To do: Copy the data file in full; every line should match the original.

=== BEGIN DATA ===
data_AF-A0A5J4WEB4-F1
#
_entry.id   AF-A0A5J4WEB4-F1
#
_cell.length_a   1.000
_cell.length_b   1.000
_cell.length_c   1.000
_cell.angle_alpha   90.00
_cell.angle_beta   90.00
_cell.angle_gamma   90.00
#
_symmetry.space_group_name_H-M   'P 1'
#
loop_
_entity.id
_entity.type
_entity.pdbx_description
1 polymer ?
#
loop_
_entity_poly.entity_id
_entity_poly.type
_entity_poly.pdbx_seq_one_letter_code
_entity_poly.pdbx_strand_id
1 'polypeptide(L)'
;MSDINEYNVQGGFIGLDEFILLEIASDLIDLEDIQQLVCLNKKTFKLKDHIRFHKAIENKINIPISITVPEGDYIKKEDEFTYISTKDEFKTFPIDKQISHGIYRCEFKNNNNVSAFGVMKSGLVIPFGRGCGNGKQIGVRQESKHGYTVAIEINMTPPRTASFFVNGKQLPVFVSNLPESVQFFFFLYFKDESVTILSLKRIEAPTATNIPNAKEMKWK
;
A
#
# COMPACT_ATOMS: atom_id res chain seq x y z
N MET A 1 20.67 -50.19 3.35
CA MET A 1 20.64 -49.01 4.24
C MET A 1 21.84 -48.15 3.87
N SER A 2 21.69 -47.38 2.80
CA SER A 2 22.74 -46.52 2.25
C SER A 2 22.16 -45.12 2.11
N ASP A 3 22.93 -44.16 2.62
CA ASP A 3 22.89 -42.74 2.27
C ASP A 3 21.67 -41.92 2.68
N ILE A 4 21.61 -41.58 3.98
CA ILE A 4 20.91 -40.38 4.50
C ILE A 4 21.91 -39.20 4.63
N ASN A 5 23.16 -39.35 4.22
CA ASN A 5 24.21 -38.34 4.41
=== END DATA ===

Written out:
data_AF-A0A5J4WEB4-F1
#
_entry.id   AF-A0A5J4WEB4-F1
#
_cell.length_a   1.000
_cell.length_b   1.000
_cell.length_c   1.000
_cell.angle_alpha   90.00
_cell.angle_beta   90.00
_cell.angle_gamma   90.00
#
_symmetry.space_group_name_H-M   'P 1'
#
loop_
_entity.id
_entity.type
_entity.pdbx_description
1 polymer ?
#
loop_
_entity_poly.entity_id
_entity_poly.type
_entity_poly.pdbx_seq_one_letter_code
_entity_poly.pdbx_strand_id
1 'polypeptide(L)'
;MSDINEYNVQGGFIGLDEFILLEIASDLIDLEDIQQLVCLNKKTFKLKDHIRFHKAIENKINIPISITVPEGDYIKKEDEFTYISTKDEFKTFPIDKQISHGIYRCEFKNNNNVSAFGVMKSGLVIPFGRGCGNGKQIGVRQESKHGYTVAIEINMTPPRTASFFVNGKQLPVFVSNLPESVQFFFFLYFKDESVTILSLKRIEAPTATNIPNAKEMKWK
;
A
#
# COMPACT_ATOMS: atom_id res chain seq x y z
N MET A 1 20.67 -50.19 3.35
CA MET A 1 20.64 -49.01 4.24
C MET A 1 21.84 -48.15 3.87
N SER A 2 21.69 -47.38 2.80
CA SER A 2 22.74 -46.52 2.25
C SER A 2 22.16 -45.12 2.11
N ASP A 3 22.93 -44.16 2.62
CA ASP A 3 22.89 -42.74 2.27
C ASP A 3 21.67 -41.92 2.68
N ILE A 4 21.61 -41.58 3.98
CA ILE A 4 20.91 -40.38 4.50
C ILE A 4 21.91 -39.20 4.63
N ASN A 5 23.16 -39.35 4.22
CA ASN A 5 24.21 -38.34 4.41